In 1817, Moses and Benjamin Rathbun’s irresponsible lending bankrupted their bank in Monticello. Although small bank failure was not uncommon in these days, many of the Rathbuns’ neighbors lost their savings. To avoid prosecution, Benjamin and Moses fled Monticello with their families. Moses moved to Batavia, New York, and Benjamin went to Toledo, Ohio. Benjamin didn’t stay in Toledo for long. Lack of adequate shelter and dwindling funds caused Benjamin and his family to leave Toledo for Sandusky in August 1818. In 1819, the Rathbuns moved back to Batavia; they were so poverty-stricken that their only possessions were the clothes on their backs. Benjamin soon left again, this time for Niagara Falls with the intention of starting a tavern. However, Benjamin couldn’t secure funding, so he and his family moved on to the last stagecoach stop on the line: the village of Buffalo.
In 1819, Buffalo was a rustic, under-developed village on the Niagara frontier. It was still recovering after being burnt to the ground by the British six years before. Benjamin Rathbun rented a three-story, Georgian-style brick tavern called Kibbe’s Tavern. The tavern was located on the west side of Main Street, below Court Street; it was only three years old, but it already needed refurbishing. Benjamin fixed it up as best he could, adding luxurious decor to give the tavern a “high class” appeal. He renamed it the Eagle Tavern, and erected a golden eagle over the center door.
The Eagle Tavern became a Buffalo fixture. In December 1819, the Eagle offered warmth and refreshment to spectators who gathered to watch the second public execution in village history; the hanging was visible from the tavern’s upper windows and attracted quite a jubilant, thirsty crowd. In 1825, the tavern served as the meeting place where Peter Porter of Black Rock and Samuel Wilkeson of Buffalo pleaded with the Erie Canal commissioners to make their respective villages the western terminus of the Erie Canal. In June of that same year, the Eagle entertained a Revolutionary war hero: the Marquis de Lafayette. Four months later, Judge Ebenezer Walden hosted a dinner and a ball celebrating the opening of the Erie Canal at the Eagle; the dinner and the ball were attended by several illustrious New York state citizens, including Governor DeWitt Clinton. The Eagle Tavern burnt down forty-five years later, in 1865.
Benjamin Rathbun soon expanded his business ventures. He started a stagecoach line linking Buffalo and Albany. He also established Buffalo’s first horse-drawn omnibus line, extending from the Buffalo waterfront. Wanting to profit from the land boom, Benjamin bought and developed village land. By 1835, Benjamin had completely transformed Buffalo into a proper city: He created Buffalo’s first Business District along Main Street; he built eighty-nine brick buildings, including the Eagle Street Theater, a four-story warehouse, fifty-one stores (including Benjamin’s two large dry goods stores located at 228 and 230 Main Street), and thirty-one private dwellings. He also built the American Hotel and created a new street, Mechanic Street, near the Erie Canal; on Mechanic Street Benjamin built a fourteen-story stone warehouse and machine shops. He also opened two brickyards and a stone quarry.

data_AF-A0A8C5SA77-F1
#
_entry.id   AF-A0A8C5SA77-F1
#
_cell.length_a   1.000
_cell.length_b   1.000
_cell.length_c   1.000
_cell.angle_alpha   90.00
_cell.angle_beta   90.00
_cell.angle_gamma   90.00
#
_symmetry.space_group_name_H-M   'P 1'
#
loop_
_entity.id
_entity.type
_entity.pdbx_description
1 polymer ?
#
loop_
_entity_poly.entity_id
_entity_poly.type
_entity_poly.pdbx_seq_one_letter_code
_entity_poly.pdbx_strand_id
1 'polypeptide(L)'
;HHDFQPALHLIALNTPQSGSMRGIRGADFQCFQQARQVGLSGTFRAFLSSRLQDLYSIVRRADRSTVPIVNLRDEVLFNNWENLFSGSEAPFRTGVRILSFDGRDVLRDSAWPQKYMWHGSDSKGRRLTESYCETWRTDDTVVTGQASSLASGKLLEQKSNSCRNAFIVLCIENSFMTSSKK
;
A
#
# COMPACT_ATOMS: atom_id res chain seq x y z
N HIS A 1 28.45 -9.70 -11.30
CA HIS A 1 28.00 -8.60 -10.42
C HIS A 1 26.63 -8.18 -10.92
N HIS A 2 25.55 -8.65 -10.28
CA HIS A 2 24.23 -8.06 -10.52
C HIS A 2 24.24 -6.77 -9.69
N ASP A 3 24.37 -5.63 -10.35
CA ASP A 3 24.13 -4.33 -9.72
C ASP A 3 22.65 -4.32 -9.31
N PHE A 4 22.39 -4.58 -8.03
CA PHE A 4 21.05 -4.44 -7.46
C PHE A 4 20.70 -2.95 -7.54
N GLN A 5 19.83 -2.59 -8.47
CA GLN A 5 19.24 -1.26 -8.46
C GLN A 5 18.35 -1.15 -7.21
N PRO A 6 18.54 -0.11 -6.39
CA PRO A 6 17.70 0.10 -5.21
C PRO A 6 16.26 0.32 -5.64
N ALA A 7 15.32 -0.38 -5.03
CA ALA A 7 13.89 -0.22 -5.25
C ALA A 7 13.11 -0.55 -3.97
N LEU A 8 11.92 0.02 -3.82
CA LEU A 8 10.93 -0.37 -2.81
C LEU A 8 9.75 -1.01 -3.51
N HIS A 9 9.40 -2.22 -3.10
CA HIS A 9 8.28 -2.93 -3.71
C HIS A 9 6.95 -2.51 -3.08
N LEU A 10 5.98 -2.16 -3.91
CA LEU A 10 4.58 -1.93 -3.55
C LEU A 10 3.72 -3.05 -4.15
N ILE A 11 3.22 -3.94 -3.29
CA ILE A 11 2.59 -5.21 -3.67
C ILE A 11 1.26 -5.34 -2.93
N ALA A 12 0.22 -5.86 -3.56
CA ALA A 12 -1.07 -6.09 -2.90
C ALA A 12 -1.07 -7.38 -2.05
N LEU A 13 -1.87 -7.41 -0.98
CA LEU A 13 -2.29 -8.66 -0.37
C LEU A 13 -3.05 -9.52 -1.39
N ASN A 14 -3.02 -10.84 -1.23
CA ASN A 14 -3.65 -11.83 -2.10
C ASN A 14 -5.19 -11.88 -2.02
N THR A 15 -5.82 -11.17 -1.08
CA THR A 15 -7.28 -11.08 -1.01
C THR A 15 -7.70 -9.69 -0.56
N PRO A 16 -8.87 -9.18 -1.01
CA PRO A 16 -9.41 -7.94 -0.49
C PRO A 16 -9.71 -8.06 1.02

To help fund these projects, Benjamin Rathbun created a small currency-exchange bank; to encourage business, Benjamin’s bank issued notes redeemable in his dry goods stores. The public trusted the local free banks because they were owned by well-respected Buffalo citizens. Ebenezer Johnson, the first mayor of Buffalo, owned a free bank with business partner H.H. Sizer, before dissolving it in 1832 and starting a new bank that same year with Philander Hodge called “E. Johnson & Co”.
The first state-chartered (and state-regulated) bank in Erie County — the Bank of Niagara — was established in 1816. It was in business until 1832, when its sixteen-year charter expired. The Buffalo branch of the federally-regulated United States Bank was established in 1829. The state-chartered Bank of Buffalo was established during a meeting at Benjamin Rathbun’s Eagle Tavern on May 16, 1830. Benjamin Rathbun was a commissioner for the Bank of Buffalo; the other commissioners were James McKnight, David E. Evans, I.T. Hatch, Guy H. Goodrich, S.G. Austin, and Pierre A. Barker
During construction and after completion of the Erie Canal, land speculation caused the price of real estate to rise. Buffalo’s population nearly doubled between 1830 and 1835, resulting in a land boom. Many borrowed from banks to purchase land, with the expectation of making a profit by selling the land quickly, at a much higher price. The availability of easy credit from local banks fed the “speculation fever” in Buffalo. According to Our County and its People: